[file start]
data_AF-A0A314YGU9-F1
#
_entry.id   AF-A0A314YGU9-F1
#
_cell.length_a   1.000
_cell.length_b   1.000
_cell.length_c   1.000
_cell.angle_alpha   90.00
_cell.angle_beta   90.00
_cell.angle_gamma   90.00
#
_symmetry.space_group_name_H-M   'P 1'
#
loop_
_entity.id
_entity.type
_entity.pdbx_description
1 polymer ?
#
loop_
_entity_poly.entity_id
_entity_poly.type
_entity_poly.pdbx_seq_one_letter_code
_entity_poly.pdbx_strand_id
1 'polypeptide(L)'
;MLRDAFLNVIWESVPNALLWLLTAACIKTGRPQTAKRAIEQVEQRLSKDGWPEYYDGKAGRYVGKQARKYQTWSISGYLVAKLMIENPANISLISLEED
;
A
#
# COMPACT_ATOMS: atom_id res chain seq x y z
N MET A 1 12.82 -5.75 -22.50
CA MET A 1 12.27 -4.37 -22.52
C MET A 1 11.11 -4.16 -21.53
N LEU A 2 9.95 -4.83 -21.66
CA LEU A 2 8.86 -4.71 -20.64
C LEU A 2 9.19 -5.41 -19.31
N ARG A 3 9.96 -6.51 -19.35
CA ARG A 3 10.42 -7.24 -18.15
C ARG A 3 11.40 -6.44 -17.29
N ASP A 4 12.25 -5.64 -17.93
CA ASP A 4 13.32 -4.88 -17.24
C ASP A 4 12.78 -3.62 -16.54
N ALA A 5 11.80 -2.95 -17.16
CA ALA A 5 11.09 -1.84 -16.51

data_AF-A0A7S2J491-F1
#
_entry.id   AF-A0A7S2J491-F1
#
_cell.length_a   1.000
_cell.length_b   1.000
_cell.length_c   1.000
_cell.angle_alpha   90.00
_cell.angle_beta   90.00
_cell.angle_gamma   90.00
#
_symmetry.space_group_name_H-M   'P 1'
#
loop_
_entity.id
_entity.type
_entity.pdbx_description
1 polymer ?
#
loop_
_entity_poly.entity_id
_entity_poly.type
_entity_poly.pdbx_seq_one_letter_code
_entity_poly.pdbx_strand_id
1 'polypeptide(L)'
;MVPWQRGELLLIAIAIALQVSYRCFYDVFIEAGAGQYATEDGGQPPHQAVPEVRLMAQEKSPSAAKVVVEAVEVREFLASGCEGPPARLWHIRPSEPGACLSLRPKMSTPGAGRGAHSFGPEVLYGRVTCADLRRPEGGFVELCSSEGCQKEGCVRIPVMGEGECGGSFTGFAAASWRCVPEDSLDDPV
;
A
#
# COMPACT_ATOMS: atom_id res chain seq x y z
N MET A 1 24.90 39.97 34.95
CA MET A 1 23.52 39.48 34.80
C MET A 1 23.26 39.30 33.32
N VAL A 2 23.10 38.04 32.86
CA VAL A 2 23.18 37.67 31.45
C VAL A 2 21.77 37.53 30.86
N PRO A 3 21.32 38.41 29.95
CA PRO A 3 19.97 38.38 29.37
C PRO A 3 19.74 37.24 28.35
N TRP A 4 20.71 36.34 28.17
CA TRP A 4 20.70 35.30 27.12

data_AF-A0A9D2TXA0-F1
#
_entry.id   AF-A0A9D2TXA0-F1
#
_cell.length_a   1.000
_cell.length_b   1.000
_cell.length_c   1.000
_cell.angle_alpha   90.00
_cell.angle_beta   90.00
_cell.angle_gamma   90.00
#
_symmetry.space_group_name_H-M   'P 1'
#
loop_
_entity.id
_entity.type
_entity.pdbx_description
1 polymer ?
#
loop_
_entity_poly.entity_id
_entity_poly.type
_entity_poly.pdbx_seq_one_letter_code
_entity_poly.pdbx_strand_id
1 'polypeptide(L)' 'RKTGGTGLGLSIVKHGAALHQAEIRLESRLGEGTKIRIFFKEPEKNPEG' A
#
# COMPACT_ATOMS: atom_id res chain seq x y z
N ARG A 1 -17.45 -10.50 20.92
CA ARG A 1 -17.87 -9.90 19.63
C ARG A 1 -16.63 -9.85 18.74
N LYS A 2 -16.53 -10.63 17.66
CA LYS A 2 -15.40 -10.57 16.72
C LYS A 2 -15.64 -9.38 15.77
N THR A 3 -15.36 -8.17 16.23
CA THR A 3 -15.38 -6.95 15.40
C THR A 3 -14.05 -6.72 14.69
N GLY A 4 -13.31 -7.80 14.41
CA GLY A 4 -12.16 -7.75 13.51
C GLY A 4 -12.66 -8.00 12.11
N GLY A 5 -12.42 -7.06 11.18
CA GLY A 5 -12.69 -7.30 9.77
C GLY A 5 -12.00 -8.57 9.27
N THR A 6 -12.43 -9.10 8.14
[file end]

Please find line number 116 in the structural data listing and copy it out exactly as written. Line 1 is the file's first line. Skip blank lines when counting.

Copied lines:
N LYS A 2 -16.53 -10.63 17.66